The literary critic Harold Bloom, in his Afterward in the Signet Edition of Frankenstein states that, “The monster is at once more intellectual and more emotional than his creator.” Bloom continues to say that the creature is more human, more lovable, and more to be pitied than Doctor Frankenstein (292). Throughout the novel Frankenstein, the monster portrays more human qualities than his creator Dr. Frankenstein. Dr. Frankenstein appears less human than his creation because he rejects his own creation and he fails to plan for the results of his experiment. As the monster wanders through the novel searching for companionship and acceptance, Dr. Frankenstein refuses to provide the support expected of a parent or creator. While the monster appears human in his attempts to socialize with his peers, Dr. Frankenstein represents the monstrosity that occurs when humans tamper with life.
The monster portrays more humanistic qualities than his creator as he portrays his compassion, intelligence and feelings throughout the novel. Instead of wreaking havoc on his neighbors, ambushing them for food and shelter, the monster decides to live in secrecy in the De Laceys’ shadow to observe their ways. The monster demonstrates compassion as he refrains from stealing the De Lacey’s food when he realizes that the family suffers from poverty. In this sense, he sacrifices an easy dinner to scavenge for himself. He also expresses intellectual thought in his strategy to advance his knowledge of the English language by observing Felix’s lessons to his Arabian lover, Safie. The monster recalls to Dr. Frankenstein that, “… I found, by the frequent recurrence of some sound which the stranger repeated after them, th...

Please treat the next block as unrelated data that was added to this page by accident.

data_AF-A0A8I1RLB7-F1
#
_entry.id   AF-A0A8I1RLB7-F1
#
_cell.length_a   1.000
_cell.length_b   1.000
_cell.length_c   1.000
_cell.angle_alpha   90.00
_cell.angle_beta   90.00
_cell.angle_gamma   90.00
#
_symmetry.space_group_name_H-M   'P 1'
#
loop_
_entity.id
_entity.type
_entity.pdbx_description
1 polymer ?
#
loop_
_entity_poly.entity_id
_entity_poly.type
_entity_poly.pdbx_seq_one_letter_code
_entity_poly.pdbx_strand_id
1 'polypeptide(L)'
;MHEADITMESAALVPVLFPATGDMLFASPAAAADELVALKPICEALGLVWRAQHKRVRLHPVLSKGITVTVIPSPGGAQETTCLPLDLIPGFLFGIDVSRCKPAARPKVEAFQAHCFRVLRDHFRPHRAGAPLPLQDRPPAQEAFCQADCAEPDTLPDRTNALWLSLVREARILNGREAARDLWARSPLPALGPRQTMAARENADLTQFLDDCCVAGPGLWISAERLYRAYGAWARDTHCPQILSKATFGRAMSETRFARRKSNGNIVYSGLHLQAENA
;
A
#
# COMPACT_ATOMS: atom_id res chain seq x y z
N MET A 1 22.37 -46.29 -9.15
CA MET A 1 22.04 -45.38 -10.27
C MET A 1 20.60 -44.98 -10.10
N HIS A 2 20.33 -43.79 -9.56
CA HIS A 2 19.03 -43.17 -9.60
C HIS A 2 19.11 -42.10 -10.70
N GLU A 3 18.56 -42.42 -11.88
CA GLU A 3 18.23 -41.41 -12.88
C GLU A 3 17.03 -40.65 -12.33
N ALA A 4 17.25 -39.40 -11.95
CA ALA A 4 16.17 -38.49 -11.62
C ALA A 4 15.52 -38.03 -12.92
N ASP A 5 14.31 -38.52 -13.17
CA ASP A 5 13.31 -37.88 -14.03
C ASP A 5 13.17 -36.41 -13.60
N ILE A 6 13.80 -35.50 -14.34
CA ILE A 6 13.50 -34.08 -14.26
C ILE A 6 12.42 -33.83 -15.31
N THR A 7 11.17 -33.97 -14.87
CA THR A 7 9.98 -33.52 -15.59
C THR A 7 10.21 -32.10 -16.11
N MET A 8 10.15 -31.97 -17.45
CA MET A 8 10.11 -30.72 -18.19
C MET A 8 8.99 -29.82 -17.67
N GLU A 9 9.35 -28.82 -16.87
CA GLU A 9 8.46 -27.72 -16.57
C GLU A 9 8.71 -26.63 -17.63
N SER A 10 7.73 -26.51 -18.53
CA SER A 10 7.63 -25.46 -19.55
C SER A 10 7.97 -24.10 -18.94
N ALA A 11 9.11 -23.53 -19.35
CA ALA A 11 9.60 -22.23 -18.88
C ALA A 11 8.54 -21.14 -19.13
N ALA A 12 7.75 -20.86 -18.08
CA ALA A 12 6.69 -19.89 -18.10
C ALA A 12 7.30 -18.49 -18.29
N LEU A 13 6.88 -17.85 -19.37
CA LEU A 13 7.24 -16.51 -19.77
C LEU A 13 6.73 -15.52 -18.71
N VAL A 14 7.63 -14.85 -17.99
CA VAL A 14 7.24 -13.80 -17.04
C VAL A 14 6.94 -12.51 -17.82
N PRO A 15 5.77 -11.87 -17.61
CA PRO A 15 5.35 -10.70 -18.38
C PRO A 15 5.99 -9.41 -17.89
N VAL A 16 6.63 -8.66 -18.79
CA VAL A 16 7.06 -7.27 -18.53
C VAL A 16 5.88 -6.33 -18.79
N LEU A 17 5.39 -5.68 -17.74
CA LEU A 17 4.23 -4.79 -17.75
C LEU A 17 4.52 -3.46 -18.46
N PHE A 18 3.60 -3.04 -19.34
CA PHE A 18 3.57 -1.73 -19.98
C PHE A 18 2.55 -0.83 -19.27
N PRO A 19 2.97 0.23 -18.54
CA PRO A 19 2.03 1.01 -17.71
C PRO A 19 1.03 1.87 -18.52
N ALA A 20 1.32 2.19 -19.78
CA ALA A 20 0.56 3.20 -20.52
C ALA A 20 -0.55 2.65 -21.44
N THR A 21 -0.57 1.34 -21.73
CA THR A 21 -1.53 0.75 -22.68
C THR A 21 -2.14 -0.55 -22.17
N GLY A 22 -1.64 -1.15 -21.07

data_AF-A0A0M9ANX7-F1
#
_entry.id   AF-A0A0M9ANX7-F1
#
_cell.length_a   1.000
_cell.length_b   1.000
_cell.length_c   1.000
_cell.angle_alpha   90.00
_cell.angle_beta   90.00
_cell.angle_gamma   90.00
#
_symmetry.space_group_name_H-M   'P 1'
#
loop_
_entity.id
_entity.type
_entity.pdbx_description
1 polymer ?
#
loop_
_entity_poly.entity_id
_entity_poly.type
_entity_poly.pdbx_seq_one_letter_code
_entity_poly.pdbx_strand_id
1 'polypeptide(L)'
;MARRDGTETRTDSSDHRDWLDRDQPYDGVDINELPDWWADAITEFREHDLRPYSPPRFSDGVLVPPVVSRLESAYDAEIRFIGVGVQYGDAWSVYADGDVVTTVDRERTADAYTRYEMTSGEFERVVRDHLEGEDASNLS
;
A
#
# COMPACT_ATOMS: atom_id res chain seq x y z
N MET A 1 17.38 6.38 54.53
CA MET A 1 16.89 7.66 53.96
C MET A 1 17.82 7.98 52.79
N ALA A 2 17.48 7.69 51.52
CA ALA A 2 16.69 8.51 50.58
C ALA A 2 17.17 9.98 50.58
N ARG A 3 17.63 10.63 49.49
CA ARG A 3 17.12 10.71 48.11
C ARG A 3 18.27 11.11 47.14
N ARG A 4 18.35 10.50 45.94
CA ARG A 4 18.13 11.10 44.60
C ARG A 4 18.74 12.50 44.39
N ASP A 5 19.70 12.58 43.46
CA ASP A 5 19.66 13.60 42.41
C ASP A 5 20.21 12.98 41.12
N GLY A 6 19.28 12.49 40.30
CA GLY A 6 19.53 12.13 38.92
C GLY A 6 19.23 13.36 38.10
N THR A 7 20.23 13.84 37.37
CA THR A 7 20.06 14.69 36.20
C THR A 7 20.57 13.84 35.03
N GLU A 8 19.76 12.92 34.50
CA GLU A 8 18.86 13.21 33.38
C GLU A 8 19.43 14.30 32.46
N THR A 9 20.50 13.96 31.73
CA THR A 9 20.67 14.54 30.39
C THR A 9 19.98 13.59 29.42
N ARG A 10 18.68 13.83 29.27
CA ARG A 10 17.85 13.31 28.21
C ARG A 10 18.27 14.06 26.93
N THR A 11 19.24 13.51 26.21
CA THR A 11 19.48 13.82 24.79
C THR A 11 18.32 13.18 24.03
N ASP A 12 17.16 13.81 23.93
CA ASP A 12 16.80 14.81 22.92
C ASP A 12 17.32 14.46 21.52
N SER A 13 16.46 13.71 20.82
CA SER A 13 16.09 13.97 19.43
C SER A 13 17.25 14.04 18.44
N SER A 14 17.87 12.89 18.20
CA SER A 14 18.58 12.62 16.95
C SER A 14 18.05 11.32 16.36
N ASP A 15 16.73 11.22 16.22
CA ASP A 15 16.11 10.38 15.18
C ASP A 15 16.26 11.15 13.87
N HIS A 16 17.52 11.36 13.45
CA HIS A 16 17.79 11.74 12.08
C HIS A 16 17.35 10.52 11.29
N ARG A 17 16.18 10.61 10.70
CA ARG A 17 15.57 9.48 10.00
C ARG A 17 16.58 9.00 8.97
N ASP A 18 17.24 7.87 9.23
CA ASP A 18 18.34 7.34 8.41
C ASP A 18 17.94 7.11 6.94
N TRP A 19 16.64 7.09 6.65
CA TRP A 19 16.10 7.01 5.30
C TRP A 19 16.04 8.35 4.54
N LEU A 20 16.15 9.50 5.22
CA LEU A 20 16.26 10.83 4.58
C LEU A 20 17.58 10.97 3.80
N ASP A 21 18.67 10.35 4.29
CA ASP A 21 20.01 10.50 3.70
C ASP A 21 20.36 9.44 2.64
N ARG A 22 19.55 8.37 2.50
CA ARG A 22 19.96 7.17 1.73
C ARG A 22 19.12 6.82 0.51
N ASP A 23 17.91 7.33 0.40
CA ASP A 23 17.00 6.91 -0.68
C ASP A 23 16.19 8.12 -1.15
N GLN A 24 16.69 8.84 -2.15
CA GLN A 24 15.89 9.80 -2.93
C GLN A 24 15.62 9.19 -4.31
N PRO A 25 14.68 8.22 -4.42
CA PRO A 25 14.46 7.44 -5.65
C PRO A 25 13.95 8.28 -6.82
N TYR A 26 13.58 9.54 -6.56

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...luding intelligence, compassion, and emotions. The monster attempts to make friends with his peer humans, despite his continuous rejection. His efforts show that even the monster experiences vulnerability and desire for companionship. The monster proves his intelligence as he devises a plan to learn the English language by observing his neighbors. Meanwhile, Doctor Frankenstein lacks the human quality of intelligence as he fails to foresee the effects of taking creation of life into his own hands. The doctor also lacks compassion when he abandons his creation, the equivalent of a parent leaving his child. Frankenstein flees from his monster because he actually fears the monster as much as the rest of society due to its frightening stature. Doctor Frankenstein and his creation exemplify the qualities people should exude to consider themselves members of the human race.
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